Big Data and Dahl’s Challenge of Democratic Governance

Alex Ingrams in the Review of Policy Research: “Big data applications have been acclaimed as potentially transformative for the public sector. But, despite this acclaim, most theory of big data is narrowly focused around technocratic goals. The conceptual frameworks that situate big data within democratic governance systems recognizing the role of citizens are still missing. This paper explores the democratic governance impacts of big data in three policy areas using Robert Dahl’s dimensions of control and autonomy. Key impacts and potential tensions are highlighted. There is evidence of impacts on both dimensions, but the dimensions conflict as well as align in notable ways and focused policy efforts will be needed to find a balance….(More)”.

The Future of Civic Engagement

Report by Hollie Russon Gilman: “The 2018 mid-term voter turnout was the highest in 50 years. While vital, voting can’t sustain civic engagement in the long term. So, how do we channel near-term activism into long-term civic engagement?  In her essay, Gilman paints a picture of how new institutional structures, enabled by new technologies, could lead to a new “civic layer” in society that results in “a more responsive, participatory, collaborative, and adaptive future for civic engagement in governance decision making.”

Creating a New “Civic Layer.” The longer-term future presents an opportunity to set up institutionalized structures for engagement across local, state, and federal levels of government—creating a “civic layer.” Its precise form will evolve, but the basic concept is to establish a centralized interface within a com- munity to engage residents in governance decision making that interweaves digital and in-person engagement. People will earn “civic points” for engagement across a variety of activities—including every time they sign a petition, report a pot hole, or volunteer in their local community.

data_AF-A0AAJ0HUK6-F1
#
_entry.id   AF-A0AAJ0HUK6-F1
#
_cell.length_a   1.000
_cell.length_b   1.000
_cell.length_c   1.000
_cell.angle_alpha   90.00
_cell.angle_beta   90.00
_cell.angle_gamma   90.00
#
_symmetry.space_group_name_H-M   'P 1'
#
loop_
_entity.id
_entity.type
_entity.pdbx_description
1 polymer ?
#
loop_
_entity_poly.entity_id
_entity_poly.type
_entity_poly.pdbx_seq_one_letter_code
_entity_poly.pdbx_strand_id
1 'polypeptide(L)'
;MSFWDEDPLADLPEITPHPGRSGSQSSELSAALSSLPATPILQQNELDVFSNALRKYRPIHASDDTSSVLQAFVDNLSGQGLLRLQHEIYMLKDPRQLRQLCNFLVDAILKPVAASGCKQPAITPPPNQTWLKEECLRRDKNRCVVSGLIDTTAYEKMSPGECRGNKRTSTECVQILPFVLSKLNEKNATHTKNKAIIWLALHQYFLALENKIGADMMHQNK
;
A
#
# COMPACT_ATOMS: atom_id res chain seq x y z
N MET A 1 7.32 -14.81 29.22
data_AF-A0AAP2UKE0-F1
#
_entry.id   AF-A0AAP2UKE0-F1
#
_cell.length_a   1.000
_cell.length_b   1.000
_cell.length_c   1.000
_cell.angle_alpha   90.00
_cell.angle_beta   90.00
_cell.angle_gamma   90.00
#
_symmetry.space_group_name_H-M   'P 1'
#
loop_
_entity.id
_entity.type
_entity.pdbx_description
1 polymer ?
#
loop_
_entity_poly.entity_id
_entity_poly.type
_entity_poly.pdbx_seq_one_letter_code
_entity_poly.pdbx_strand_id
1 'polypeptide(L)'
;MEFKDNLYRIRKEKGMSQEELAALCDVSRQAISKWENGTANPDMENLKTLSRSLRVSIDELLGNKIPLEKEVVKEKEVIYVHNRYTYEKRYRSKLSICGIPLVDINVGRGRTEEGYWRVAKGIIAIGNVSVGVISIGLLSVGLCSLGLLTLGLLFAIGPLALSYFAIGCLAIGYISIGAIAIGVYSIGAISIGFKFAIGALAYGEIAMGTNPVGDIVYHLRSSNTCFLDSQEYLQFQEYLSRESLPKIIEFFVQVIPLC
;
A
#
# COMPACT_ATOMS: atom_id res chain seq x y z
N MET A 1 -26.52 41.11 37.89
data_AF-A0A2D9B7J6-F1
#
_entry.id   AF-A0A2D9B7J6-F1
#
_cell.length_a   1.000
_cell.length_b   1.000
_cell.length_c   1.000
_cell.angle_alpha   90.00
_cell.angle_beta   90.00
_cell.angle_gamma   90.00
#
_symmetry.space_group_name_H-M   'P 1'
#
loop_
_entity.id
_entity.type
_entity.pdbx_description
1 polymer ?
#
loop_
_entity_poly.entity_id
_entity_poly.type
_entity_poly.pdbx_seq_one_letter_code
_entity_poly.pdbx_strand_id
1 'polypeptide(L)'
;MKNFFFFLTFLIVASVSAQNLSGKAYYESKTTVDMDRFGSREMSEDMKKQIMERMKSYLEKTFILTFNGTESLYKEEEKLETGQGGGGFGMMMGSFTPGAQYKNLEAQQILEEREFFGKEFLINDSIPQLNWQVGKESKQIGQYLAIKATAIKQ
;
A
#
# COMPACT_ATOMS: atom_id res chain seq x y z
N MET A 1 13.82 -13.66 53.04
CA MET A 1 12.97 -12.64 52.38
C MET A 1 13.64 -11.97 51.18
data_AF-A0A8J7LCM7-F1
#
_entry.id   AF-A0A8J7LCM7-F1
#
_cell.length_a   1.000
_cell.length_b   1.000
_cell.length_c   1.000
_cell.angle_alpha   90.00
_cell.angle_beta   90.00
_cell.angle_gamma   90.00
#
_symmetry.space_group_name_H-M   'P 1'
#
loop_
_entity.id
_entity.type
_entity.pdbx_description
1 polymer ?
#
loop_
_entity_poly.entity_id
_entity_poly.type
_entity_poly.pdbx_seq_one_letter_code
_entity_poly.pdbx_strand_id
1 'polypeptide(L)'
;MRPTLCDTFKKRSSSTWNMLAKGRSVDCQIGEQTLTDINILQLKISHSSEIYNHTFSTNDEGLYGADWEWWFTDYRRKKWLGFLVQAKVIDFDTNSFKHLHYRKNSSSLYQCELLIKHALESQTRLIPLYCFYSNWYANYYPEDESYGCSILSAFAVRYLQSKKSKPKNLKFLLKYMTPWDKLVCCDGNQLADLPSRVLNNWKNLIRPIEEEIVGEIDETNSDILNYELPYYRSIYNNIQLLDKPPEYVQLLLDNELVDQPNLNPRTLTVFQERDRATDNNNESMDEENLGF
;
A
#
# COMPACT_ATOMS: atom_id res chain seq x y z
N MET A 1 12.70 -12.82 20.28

While creating a civic layer will require new institutional approaches, emerging technologies such as the Internet of Things (IoT), artificial intelligence (AI), and distributed ledger (e.g., blockchain) will also play a critical enabling role. These technologies will allow new institutional models to expand the concept of citizen coproduction of services in building a more responsive, connected, and engaged citizenry.

The following examples show different collaborative governance and technology components that will comprise the civic layer.  Each could be expanded and become interwoven into the fabric of civic life.

Use Collaborative Policymaking Models to Build a Civic Layer.  While we currently think of elections as a primary mode of citizen engagement with government, in the medium- to long-range future we could see collaborative policy models that become the de facto way people engage to supplement elections. Several of these engagement models are on the local level. However, with the formation of a civic layer these forms of engagement could become integrated into a federated structure enabling more scale, scope, and impact. Following are two promising models.

  • Participatory Budgeting can be broadly defined as the participation of citizens in the decision-making process of how to allocate their community’s budget among different priorities and in the monitoring of public spending. The process first came to the United States in 2009 through the work of the nonprofit Participatory Budgeting Project. Unlike traditional budget consultations held by some governments—which often amount to “selective listening” exercises—with participatory budgeting, citizens have an actual say in how a portion of a government’s investment budget is spent, with more money often allocated to poorer communities. Experts estimate that up to 2,500 local governments around the world have implemented participatory budgeting,
  • Citizens’Jury is another promising collaborative policymaking engagement model, pioneered in the 1980s and currently advocated by the nonprofit Jefferson Center in Minnesota. Three counties in rural Minnesota use this method as a foundation for Rural Climate Dialogues—regular gatherings where local residents hear from rural experts, work directly with their neighbors to design actionable community and policy recommendations, and share their feedback with public officials at a statewide meeting of rural Minnesota citizens, state agency representatives, and nonprofit organizations….(More)”.

The Datafication of Employment